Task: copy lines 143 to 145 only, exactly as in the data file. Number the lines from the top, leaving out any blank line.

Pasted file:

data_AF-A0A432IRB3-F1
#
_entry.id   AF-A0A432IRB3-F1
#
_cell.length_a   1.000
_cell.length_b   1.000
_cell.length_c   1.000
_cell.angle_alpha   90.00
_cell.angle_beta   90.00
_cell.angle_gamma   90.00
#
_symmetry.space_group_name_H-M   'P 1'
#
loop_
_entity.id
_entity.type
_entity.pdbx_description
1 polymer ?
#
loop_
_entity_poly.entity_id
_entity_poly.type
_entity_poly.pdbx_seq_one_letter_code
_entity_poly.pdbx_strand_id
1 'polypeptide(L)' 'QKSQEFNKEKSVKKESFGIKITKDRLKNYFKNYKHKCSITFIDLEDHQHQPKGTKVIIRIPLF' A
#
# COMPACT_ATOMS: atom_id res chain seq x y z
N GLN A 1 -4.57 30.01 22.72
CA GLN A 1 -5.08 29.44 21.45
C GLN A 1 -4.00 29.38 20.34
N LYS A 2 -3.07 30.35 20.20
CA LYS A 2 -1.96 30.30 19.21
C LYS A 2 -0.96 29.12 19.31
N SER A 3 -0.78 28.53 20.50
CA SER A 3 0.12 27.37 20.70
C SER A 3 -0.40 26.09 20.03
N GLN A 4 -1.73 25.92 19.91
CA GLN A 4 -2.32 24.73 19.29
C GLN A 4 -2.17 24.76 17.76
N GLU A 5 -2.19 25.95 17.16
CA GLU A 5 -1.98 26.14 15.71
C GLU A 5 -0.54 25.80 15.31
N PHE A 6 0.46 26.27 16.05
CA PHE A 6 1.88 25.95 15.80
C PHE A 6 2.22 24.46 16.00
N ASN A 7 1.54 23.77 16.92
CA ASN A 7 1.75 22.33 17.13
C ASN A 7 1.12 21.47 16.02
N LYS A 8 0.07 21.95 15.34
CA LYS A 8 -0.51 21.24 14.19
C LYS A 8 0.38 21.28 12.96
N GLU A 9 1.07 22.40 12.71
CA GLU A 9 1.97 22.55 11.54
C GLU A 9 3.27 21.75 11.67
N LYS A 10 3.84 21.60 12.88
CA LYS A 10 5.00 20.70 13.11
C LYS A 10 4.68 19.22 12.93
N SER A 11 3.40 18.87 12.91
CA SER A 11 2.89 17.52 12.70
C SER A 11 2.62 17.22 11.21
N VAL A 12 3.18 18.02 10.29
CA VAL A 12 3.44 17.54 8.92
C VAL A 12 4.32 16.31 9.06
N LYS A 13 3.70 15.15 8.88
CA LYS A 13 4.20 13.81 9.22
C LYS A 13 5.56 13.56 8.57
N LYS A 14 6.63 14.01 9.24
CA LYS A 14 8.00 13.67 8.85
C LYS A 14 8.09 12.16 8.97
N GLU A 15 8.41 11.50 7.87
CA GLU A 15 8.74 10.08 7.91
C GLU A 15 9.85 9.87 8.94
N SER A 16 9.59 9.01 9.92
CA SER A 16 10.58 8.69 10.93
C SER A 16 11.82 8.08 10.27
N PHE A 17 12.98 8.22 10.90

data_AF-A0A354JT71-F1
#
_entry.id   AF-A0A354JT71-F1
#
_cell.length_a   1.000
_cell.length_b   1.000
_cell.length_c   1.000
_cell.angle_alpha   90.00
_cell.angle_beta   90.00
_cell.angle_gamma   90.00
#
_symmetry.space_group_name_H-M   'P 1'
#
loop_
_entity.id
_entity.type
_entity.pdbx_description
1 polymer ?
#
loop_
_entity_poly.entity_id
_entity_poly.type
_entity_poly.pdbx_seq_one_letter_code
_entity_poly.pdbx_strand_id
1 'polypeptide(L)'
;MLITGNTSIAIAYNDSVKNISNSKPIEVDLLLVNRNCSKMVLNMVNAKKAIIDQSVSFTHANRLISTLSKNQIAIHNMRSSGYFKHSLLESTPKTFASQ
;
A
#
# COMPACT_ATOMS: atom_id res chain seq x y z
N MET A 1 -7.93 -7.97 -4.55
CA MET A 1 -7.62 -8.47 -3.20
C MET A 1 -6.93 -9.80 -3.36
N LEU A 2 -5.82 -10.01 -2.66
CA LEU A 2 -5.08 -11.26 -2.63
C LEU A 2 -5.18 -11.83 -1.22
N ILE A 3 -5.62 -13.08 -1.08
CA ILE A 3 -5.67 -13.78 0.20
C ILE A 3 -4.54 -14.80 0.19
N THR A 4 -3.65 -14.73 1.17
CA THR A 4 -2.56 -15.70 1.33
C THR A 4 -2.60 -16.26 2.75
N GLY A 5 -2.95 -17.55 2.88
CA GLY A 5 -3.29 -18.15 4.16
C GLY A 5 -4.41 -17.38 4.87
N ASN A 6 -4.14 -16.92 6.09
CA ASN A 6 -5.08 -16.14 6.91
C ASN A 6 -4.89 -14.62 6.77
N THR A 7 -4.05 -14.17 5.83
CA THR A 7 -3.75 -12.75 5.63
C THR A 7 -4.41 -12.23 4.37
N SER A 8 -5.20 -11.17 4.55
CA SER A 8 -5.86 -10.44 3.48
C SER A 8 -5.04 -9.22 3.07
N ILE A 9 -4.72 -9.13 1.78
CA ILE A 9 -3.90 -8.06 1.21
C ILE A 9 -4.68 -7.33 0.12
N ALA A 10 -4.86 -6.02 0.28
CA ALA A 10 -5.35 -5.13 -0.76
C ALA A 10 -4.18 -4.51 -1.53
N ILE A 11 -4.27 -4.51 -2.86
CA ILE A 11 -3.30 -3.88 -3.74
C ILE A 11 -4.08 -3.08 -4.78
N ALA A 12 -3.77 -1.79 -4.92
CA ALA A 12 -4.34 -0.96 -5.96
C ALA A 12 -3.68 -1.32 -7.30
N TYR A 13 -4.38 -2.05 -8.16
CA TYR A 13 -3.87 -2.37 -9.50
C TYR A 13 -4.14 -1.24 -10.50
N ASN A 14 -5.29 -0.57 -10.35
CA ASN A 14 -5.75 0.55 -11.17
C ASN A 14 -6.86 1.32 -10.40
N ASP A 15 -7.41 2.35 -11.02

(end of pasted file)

N TYR A 13 -4.38 -2.05 -8.16
CA TYR A 13 -3.87 -2.37 -9.50
C TYR A 13 -4.14 -1.24 -10.50